Temptaous Mckoy

Assistant Professor, Bowie State University

Temptaous Mckoy

Temptaous Mckoy, a Black woman in a blue dress leaning on a building column.

Dr. Temptaous Mckoy, from Spring Lake, North Carolina, is an Assistant Professor of English with a focus in Technical and Professional Communication, as well as the Coordinator of Graduate Studies, in the Department of Language, Literature, and Cultural Studies at Bowie State University. Her research focuses on redefining the field of technical and professional communication (TPC) and challenging it to be more inclusive of the (in)formal communicative and learning practices as found in Black communities, such as HBCUs. She is an HBCU alum (Elizabeth City State Univ.) and also a member of Sigma Gamma Rho Sorority, Inc. She obtained her BA in English from Elizabeth City State University ('13); her MA in Professional Communication and Leadership ('15) from Armstrong State University (Now GA Southern at Armstrong); and her PhD in Rhetoric, Writing, and Professional Communication from East Carolina University ('19). She is the author of a two-time award-winning dissertation: “Y’all Call It Technical and Professional Communication, We Call It #ForTheCulture” as well. Recently, she served as chair of the CCCC Black Technical and Professional Communication Task Force. Finally, she is the Associate Editor of the Peitho Journal, where she aims to prioritize new titles for review that are published by historically marginalized scholars to leverage Peitho’s platform to take tangible steps toward a more inclusive field of scholarship in the feminist history of rhetoric and composition. Specifically, she believes book reviews can amplify the contributions of historically marginalized scholars in important and impactful ways.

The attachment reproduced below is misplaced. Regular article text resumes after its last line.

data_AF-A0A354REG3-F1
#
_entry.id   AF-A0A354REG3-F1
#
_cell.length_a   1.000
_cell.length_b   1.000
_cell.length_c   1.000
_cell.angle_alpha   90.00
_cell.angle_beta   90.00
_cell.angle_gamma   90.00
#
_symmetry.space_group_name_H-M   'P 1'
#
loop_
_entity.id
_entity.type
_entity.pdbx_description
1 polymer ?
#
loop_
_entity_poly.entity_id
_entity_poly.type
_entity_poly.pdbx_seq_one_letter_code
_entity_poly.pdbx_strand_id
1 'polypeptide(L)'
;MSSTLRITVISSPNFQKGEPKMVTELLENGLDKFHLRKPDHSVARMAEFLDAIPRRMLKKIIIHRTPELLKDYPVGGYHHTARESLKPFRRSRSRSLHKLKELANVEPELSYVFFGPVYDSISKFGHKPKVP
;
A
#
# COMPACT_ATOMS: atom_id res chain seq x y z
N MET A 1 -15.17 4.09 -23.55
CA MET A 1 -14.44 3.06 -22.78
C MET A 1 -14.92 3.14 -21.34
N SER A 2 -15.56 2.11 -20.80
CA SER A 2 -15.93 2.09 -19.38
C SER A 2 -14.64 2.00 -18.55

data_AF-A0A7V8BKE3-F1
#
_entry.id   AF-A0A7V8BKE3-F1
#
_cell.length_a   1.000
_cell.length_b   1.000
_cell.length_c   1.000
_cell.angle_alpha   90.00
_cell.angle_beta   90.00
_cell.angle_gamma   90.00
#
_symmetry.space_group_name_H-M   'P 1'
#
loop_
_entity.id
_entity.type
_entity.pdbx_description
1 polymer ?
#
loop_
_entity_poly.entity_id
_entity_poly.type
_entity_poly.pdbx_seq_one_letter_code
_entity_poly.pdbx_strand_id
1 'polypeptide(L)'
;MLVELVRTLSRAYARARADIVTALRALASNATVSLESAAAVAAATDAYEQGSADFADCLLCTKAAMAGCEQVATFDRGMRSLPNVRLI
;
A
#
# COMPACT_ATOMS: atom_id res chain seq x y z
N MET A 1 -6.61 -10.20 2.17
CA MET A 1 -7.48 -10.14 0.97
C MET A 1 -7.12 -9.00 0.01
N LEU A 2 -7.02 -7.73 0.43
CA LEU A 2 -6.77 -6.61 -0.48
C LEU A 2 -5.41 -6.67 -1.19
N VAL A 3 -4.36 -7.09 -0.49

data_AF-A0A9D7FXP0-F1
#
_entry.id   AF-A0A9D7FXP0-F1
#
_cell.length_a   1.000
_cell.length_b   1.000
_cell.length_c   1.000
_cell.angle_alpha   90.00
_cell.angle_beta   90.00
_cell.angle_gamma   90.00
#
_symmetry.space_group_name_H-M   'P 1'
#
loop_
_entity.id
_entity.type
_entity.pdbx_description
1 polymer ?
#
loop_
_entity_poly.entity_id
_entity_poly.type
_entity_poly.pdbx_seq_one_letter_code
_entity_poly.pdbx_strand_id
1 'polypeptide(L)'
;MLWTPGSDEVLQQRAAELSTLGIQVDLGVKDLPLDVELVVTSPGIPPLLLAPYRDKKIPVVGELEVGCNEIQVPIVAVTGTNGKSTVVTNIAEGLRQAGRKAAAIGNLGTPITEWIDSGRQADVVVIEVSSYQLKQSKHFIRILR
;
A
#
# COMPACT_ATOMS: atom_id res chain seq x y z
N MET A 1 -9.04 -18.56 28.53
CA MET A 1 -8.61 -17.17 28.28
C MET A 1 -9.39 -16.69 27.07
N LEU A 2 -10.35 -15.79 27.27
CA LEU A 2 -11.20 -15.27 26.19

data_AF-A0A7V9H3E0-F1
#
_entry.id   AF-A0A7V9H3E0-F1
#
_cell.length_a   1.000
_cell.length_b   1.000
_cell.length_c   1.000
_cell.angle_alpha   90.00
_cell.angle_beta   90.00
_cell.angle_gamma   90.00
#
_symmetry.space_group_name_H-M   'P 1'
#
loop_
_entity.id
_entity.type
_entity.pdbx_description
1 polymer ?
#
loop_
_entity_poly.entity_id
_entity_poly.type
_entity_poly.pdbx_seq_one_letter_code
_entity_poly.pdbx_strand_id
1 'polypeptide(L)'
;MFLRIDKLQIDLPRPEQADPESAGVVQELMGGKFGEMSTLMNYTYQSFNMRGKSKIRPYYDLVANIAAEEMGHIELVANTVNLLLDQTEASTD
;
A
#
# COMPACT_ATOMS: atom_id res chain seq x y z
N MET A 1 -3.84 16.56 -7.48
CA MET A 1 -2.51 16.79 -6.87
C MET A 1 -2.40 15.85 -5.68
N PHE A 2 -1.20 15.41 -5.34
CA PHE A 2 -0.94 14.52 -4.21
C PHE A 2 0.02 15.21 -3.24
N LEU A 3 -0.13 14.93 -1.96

Keynote: "'...Had Y'all Simply Listened to Black Women': A Call to Intentional Listening and Impactful Anti-Racist Action"

Date: Thursday, April 22, 11 am-12 noon EST

Description: In this keynote, I'm gone address the calls made by Black women to have a more equitable field of composition by calling on individuals to be more intentional in their listening and anti-racist practices. This keynote address was birthed from the events leading to the 2021 Watson Conference, in which Black women called on conference organizers to be more intentional in their listening and organization practices. Not to mention, as we see the recent turn of events regarding the 2020 presidential election, the voices of Black women are now being amplified and centered more—after the fact. However, this brings me to ask the people a question: What if folks listened to Black women in the first damn place? This keynote will ask its audience to genuinely consider their roles in assisting in the silencing of Black women and other historically marginalized voices. Some reflection 'bout to happen as I'm callin' on attendees to be more reflective in where the Black women may or may not exist in their departments, organizations, and general social circles. It is my hope that by engaging in this critical conversation, members of the audience will be more likely to interrogate their past interactions with Black women and other historically marginalized scholars. In doing this work, I assert that people will be better aligned to be far more intentional in listening to the voices of Black women while ensuring their actions are impactful and not simply performative. This keynote will not be given from a desk or office, nah we coming from the living room couch. So, pour your coffee, tea, or whatever works for you and be prepared to ask yourself, “What if I simply listened to Black Women?”